Wednesday, June 23, 2010

Warlord Wednesday: Citadel of Death

After a week off, let's re-enter the lost world with another installment of my issue by issue examination of DC Comic's Warlord, the earlier installments of which can be found here...

"The Quest, Part 2: Citadel of Death"
Warlord (vol. 1) #17 (January 1979)

Written and Pencilled by Mike Grell; Inked by Vince Colletta

Synopsis: Morgan and Tara cross "500 kilometers of trackless, blistering, desert waste" in their search for their infant son, Joshua, kidnapped by Deimos, the "devil priest." Morgan is worrying about what will happen if they don't get water soon, when serendipitously, Tara sights a city in the distance.

Arriving at the city, they find it deserted. When Tara sees a golden statue of giant, grasping hand, she realizes that they've stumbled into Timgad, The Citadel of the Sorcerer Kings. She remembers the legends that tell of the city so evil that "the vultures shunned it." A city from a forgotten age before man, when Skartaris was a place of wizard, ogres, and elves, divided into warring city-states.

Paralleling Morgan and Tara's explorations of the city, we see Ogir Falconeye, a sorcerer, arrive at the city of Timgad in the sorcerous past Tara described. He's on a mission to acquire power. To that end, he sneaks into the palace, and steals a small cask radiating a mystical light. Before he can escape with his booty, he hears someone approach and has to run--which results in him falling through a trapdoor into a pit. Though he's dazed after the fall, he senses something in the darkness around him...

In the present, Morgan and Tara find water, but are set upon by leonine (or perhaps baboonoid?) humanoids. The beasts are too many, and Morgan and Tara are forced to flee, unknowingly following the path taken by Ogir ages past. A pounce from a creature, sends Morgan through the same trapdoor and into the darkness below. Above, Tara fights on against worsening odds.

In the pit, the glow of the small cask dropped by Ogir attracts Morgan's attention. Using the cask as a torch, Morgan tries to find a way out of the pit. Instead, he comes across a skeleton he can't know is that of Ogir inside a mystical symbol drawn on the floor. Morgan guesses that whoever he was, he drew the circle to protect himself, preferring to starve than fall prey to whatever dwelled in the pit.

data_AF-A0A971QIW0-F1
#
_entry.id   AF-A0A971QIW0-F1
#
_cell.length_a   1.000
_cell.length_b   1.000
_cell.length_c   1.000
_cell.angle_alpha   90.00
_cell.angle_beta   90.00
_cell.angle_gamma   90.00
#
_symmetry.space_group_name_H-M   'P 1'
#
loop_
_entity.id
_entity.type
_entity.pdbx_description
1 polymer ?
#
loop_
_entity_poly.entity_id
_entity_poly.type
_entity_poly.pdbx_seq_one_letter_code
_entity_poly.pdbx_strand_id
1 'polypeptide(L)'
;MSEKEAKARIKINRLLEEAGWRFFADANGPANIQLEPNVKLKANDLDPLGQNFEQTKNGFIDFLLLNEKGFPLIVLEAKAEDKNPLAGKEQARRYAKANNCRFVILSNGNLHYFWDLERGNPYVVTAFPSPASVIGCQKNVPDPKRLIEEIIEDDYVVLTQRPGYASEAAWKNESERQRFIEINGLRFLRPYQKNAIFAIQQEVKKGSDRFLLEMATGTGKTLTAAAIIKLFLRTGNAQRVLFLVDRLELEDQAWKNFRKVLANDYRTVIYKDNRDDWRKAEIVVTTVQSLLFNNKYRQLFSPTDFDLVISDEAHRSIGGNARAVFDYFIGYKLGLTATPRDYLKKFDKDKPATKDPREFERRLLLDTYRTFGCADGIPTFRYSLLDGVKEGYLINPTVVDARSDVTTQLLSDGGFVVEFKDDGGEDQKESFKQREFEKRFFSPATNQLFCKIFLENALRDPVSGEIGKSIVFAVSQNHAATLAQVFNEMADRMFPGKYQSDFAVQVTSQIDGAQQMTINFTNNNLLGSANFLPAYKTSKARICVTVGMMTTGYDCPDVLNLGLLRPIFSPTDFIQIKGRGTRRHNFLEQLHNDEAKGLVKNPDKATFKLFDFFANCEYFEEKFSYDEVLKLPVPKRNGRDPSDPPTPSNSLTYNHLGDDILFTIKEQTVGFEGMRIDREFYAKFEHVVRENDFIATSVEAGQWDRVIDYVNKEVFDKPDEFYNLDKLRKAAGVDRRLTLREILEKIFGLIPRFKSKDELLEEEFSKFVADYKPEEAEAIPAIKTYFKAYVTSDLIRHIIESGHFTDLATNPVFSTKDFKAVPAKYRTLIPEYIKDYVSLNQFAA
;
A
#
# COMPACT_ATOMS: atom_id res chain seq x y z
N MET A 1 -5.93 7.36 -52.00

Morgan continues to search for a way out, but when he hears a wet, slithering sound behind him, he realizes that something still dwells there. He soon finds himself facing a tendriled, ameboid creature, unfazed by his sword.

Morgan runs back to the mystic symbol, and finds it still holds the creature at bay. Examining the cask, he notices the glyphs on it match some of those inscribed in the symbol around him. He opens the box and finds an emerald fragment complementing the one hanging on a chain around the neck of the skeleton. On a hunch, he puts the two fragments together. There's a blast of searing radiance from the gem, and the creature is burnt to nothing, but Morgan is unharmed.

He resumes his frantic search for an exit, and soon finds a stairway. Morgan bursts through a doorway, and finds Tara still holding her own against the beasts. Holding the gem aloft, he again uses its magical radiance, this time to send the beasts running.

He and Tara are free to contine on their quest, now with a powerful artifact that may be of use against Deimos.